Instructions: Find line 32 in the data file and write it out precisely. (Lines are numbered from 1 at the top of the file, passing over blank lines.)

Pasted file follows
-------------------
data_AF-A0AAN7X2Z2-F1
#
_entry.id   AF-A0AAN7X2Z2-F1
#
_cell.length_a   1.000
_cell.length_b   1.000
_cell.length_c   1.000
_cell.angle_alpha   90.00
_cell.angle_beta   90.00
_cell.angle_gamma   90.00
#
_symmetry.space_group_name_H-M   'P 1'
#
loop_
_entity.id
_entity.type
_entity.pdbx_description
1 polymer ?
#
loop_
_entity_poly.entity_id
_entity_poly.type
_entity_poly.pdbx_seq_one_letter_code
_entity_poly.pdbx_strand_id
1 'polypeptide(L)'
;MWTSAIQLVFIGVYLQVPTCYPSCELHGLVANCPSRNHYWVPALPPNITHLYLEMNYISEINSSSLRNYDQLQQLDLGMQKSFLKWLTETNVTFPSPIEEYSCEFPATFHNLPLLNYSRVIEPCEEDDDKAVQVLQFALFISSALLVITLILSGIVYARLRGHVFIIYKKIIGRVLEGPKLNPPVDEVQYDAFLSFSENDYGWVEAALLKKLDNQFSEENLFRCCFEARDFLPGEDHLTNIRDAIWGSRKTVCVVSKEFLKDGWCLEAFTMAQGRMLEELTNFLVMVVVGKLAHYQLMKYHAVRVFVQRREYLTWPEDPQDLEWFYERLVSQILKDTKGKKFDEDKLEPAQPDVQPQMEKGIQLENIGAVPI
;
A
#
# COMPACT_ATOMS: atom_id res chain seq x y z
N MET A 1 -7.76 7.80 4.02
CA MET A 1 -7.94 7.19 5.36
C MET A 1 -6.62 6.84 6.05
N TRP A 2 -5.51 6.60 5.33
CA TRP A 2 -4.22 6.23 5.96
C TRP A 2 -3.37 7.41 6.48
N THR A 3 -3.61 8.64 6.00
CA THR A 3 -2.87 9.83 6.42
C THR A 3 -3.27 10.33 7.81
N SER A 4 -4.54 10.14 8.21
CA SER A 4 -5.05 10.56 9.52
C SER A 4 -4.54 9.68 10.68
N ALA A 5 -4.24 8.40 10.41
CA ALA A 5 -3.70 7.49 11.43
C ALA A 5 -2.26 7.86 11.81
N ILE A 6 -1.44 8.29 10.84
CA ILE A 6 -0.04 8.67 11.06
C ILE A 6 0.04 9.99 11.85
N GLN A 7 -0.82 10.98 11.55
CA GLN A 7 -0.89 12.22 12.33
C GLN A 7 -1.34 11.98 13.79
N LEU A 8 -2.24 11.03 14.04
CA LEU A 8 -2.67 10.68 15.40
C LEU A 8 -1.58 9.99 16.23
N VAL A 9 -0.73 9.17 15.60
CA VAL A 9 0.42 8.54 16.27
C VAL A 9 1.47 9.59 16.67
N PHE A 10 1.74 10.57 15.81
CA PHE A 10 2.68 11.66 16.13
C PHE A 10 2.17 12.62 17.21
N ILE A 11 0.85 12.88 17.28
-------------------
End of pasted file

CA MET A 1 -7.94 7.19 5.36